Our upside potential is just shy of $5,000 at $15 (not counting the short puts) and we can increase that by selling more calls but I'd rather wait for a move up or, if there's a move down, then we can roll to the $5s for another net $1,650 and still have a $3,250 upside, even if CBI falls another 30%.  This is why we stick with the FU trades – that's not even taking another year into consideration.   As long as CBI doesn't actually go BK – as long as we work the trade properly, it is likely to eventually pay off.  

    The argument could be made that we'd be better off taking an $8,000 loss (20%) and taking our $40,000 obligation and finding something that pays more than $3,250 in two years but it doesn't just pay $3,250, it pays $3,250 PLUS the $15,000 we're already down if things turn around and that's $18,000 back on $40,000 and all CBI has to do is get back to $15.  

    If we didn't think CBI was worth $15, THEN it would be silly but, if we do – then this is an easy trade to decide to stick with.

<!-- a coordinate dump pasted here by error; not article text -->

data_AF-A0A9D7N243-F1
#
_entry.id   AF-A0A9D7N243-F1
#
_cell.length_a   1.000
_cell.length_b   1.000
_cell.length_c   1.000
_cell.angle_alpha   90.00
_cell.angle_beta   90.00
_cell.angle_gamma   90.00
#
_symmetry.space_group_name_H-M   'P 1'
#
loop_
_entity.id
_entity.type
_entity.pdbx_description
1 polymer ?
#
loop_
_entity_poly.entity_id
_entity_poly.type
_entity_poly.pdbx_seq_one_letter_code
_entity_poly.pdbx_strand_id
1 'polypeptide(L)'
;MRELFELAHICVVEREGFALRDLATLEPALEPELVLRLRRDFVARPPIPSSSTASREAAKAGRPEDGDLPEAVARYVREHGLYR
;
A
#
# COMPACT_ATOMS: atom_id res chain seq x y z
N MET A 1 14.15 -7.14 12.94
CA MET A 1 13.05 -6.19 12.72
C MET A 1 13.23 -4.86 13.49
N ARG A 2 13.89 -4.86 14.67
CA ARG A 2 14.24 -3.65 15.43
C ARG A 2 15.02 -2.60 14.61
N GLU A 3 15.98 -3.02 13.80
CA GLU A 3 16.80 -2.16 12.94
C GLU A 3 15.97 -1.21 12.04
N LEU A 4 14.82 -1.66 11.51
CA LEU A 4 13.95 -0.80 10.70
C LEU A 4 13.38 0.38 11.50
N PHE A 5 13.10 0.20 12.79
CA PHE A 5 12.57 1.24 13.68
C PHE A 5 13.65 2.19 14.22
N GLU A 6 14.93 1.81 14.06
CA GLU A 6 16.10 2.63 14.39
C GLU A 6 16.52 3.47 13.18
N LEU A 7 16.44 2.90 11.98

CMG/Learner – Last time, there was serious support at $375 after a brief trip to $350 and if $350 is the new $375, then $400 will probably be the new $440 but, if we go back to $375 quickly, then that means the stock is likely just resting before busting back over $400. 

    My take on CMG is I don't mind pay $10Bn ($350) for $500M in earnings (normal year) because CMG is constantly experimenting with other restaurants and, if they finally hit one – well, these are the guys who built CMG, so there's a possibility of them rolling out another multi-billion Dollar chain as a bonus and, if not – it's a long-term play we can sell premium against forever.  

    FTR/Batman – As long as they keep paying a $2.40 dividend, I don't care what the price is!  In 6 years I get all my money back and whatever the stock is worth is a bonus (not counting option sales along the way).  

    Frontier Unlikely to Cut Its Dividend Like Windstream Did

    AAXN/Learner – Yeah, way out of favor at the moment.  You would think they are giving those cops IMAX cameras!  cheeky

    Velocity/Pharm – Wow, that's amazing.  Inflation is going to be like Brazil when that velocity picks up. 

    Indexes still looking weak, I wouldn't be surprised if we get another dip lower this afternoon. 

  25. AMZA / Albo – Not a gambler but I hope that you win that bet!

  26. Thanks, STJ.